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<a target="_blank" rel="noopener" href="https://fatcat.wiki/container/2w3awgokqne6te4nvlofavy5a4" style="color: black;">Lecture Notes in Computer Science</a>
Structure-preserving signatures on equivalence classes, or equivalence-class signatures for short (EQS), are signature schemes defined over bilinear groups whose messages are vectors of group elements. Signatures are perfectly randomizable and given a signature on a vector, anyone can derive a signature on any multiple of the vector; EQS thus sign projective equivalence classes. Applications of EQS include the first constant-size anonymous attribute-based credentials, efficient round-optimal<span class="external-identifiers"> <a target="_blank" rel="external noopener noreferrer" href="https://doi.org/10.1007/978-3-319-76581-5_6">doi:10.1007/978-3-319-76581-5_6</a> <a target="_blank" rel="external noopener" href="https://fatcat.wiki/release/focajfokmjdprekbaj3g23ucjy">fatcat:focajfokmjdprekbaj3g23ucjy</a> </span>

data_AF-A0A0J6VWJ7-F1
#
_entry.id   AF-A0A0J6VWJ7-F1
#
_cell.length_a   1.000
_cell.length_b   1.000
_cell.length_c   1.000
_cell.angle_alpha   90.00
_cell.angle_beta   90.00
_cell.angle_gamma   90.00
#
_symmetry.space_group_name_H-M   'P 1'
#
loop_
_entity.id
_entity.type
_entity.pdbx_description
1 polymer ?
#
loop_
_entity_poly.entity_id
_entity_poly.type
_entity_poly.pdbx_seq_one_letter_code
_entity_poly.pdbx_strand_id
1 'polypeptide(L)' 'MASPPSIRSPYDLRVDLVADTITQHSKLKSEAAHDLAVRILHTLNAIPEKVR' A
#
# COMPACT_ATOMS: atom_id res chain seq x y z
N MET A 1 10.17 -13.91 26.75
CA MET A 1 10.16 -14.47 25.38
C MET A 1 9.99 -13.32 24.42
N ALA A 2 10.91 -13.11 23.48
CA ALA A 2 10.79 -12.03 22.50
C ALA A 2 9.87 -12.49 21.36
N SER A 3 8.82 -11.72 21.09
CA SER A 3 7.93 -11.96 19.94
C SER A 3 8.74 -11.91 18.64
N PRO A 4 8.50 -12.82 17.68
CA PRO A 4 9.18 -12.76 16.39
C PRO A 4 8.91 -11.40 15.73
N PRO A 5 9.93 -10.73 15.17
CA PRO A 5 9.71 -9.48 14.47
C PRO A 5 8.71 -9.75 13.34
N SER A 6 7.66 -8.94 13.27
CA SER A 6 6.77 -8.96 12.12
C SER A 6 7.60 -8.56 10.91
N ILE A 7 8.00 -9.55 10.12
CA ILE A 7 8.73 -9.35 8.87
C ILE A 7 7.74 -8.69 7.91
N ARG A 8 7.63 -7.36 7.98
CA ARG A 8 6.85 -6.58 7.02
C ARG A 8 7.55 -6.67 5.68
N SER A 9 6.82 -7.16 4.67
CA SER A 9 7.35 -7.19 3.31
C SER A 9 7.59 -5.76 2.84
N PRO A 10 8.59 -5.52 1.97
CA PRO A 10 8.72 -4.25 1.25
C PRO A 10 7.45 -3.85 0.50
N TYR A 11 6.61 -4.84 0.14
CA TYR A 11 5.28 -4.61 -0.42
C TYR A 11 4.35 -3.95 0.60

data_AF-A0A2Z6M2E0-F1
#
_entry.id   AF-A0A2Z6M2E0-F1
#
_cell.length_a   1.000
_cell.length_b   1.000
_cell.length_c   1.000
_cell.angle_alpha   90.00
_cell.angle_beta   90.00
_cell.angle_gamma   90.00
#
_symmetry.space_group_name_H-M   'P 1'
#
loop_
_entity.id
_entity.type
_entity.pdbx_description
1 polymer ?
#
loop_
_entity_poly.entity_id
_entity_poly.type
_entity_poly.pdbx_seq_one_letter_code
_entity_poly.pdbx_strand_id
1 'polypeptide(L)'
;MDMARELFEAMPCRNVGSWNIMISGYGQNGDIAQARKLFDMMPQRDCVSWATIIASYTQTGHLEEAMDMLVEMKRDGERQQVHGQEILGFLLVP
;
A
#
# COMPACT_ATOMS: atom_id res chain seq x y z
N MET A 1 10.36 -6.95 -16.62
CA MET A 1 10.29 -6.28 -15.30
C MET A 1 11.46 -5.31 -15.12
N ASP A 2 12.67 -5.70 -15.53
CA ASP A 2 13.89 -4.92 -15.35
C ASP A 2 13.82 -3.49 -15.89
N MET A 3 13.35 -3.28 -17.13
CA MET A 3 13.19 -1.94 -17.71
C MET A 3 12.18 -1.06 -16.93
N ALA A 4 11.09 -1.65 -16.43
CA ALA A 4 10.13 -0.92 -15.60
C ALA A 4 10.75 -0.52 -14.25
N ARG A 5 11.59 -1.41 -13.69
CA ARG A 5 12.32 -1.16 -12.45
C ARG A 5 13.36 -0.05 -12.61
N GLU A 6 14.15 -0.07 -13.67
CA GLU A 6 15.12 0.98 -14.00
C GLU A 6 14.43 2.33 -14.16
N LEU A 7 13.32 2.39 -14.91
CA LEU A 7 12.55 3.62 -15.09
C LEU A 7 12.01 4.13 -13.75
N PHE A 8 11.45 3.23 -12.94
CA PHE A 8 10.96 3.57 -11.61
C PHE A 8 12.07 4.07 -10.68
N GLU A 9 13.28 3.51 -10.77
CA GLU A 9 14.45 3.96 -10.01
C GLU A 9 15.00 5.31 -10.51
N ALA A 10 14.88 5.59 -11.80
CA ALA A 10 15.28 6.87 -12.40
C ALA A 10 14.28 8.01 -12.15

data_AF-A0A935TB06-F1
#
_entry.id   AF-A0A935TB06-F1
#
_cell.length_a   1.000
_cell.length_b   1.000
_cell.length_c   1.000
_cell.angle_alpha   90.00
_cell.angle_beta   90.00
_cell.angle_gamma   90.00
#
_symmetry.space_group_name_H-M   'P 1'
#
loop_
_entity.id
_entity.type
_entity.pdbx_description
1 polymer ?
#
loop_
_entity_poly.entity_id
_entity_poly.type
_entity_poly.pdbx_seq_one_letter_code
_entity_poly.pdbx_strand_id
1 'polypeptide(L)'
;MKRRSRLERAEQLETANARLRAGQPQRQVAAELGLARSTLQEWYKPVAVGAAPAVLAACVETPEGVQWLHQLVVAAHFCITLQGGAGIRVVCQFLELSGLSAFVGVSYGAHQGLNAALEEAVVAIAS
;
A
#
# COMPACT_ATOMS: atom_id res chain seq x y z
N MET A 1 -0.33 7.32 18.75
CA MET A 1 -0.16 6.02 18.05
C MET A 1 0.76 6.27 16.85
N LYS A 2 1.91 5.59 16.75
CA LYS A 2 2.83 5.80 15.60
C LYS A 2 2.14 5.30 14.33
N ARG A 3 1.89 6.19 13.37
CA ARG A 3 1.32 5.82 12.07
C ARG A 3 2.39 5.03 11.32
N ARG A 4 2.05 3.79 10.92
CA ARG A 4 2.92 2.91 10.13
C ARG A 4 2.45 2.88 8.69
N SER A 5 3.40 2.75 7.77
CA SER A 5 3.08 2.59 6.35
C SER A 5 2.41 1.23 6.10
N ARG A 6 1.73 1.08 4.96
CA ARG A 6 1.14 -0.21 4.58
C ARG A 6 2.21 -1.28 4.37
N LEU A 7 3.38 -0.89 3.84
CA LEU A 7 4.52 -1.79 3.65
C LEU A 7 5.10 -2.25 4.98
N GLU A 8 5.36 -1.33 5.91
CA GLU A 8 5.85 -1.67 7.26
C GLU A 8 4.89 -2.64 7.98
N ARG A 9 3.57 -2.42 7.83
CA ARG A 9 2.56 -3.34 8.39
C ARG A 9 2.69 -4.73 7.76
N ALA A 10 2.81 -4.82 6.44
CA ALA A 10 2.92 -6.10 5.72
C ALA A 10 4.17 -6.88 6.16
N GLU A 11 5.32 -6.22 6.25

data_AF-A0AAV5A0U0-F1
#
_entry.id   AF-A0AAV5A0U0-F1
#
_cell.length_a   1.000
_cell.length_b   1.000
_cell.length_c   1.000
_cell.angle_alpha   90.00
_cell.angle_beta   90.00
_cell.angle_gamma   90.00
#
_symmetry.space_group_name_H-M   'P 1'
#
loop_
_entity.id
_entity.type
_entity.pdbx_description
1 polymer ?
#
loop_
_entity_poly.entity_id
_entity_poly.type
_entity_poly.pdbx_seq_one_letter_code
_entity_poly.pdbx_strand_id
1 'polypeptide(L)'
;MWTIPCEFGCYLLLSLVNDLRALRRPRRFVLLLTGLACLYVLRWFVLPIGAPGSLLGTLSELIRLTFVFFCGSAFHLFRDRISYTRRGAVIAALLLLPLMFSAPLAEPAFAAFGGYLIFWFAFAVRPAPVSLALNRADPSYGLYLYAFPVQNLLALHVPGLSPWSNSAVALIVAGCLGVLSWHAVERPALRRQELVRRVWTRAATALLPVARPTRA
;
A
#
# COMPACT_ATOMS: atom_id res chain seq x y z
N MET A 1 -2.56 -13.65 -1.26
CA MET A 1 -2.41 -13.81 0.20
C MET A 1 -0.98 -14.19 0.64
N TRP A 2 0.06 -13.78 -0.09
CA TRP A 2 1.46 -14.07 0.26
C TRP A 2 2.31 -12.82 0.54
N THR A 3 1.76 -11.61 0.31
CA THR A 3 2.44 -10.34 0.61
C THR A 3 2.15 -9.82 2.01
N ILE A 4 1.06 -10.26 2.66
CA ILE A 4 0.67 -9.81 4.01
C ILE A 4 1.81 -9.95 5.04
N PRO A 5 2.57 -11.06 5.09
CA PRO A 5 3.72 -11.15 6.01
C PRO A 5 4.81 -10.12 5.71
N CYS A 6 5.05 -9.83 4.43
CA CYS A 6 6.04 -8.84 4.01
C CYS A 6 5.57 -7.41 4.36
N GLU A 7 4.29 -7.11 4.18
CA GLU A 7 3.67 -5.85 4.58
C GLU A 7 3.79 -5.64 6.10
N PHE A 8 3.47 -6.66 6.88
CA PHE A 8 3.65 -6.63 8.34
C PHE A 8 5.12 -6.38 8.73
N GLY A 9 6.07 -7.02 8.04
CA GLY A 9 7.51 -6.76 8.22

more »... nd signatures without random oracles and efficient access-control encryption. To date, the only existing instantiation of EQS is proven secure in the generic-group model. In this work we show that by relaxing the definition of unforgeability, which makes it efficiently verifiable, we can construct EQS from standard assumptions, namely the Matrix-Diffie-Hellman assumptions. We then show that our unforgeability notion is sufficient for most applications. [AGHO11] allow for more efficient schemes in that parts of the signature can, after randomization, be given in the clear. However, for privacy-preserving applications, they still inherently require hiding the message and using NIZK proofs. EQS. Structure-preserving signatures on equivalence classes, or equivalenceclass signatures (EQS) for short, allow similar applications to SPS. Unlike the latter, they achieve them without requiring any NIZK proofs on top, thereby yielding more efficient schemes. Intuitively, this is because not only their signatures but also the messages can be randomized. Equivalence-class signatures were introduced by Hanser and Slamanig [HS14]. Their initial instantiation was only secure against random-message attacks [Fuc14] , which is insufficient for the intended applications. With Fuchsbauer [FHS14] they subsequently presented a scheme that satisfies the stronger notion of unforgeability under chosen-message attacks (EUF-CMA) in the generic group model. They also strengthened the model of EQS, which later enabled further applications [FHS15]. As for regular SPS, the messages in an EQS system are vectors of group elements [m] 1 ∈ G 1 (which in our notation stands for (m 1 · P 1 , . . . , m · P 1 ) with P 1 being a generator of G 1 ). EQS provide an additional algorithm that, given a signature σ for message [m] 1 , allows to adapt σ to a signature for the message [µ · m] 1 for any µ ∈ Z * p without access to the signing key. A signature therefore actually signs all multiples of a message at once (as a signature can be adapted to any of them). In other words, signatures or on equivalence classes of the equivalence relation "∼" on the message space ( The definition of EQS moreover requires that signatures are randomizable, in that adaptation to a new representative leads to a signature that is distributed like a fresh signature for the new representative. The DDH assumption in group G 1 implies that given a message [m] 1 ∈ (G * 1 ) , then [µ · m] 1 for a random µ is indistinguishable from [m ] 1 for a random m . For EQS signatures DDH thus implies that given a message signature pair ([m] 1 , σ), an adapted signature on a random representative ([µ · m] 1 , σ ) looks like a fresh signature on a random message. It is the latter property that is central in applications that use EQS instead of SPS+GS-proofs. Instead of having users give (costly) zero-knowledge proofs that they possess a signature to protect their privacy, it suffices to use an EQS scheme and have the user randomize the message and adapt the signature every time they show it. (We discuss applications of EQS in more detail below.) Existential unforgeability under chosen-message attacks (EUF-CMA) for EQS is defined with respect to equivalence classes: an adversary that can query signatures for messages [m i ] 1 of its choice should be incapable of returning a signature for a message [m * ] 1 such that [m * ] 1 is not a multiple of any [m i ] 1 . (Note that this winning condition cannot be efficiently decided, as this would amount to breaking DDH.) The first EQS scheme by FHS [FHS14] signs messages from (G * 1 ) and signatures consist of 3 group elements. The authors show that this size is optimal by relying on an impossibility result [AGO11] for SPS. Security of the FHS
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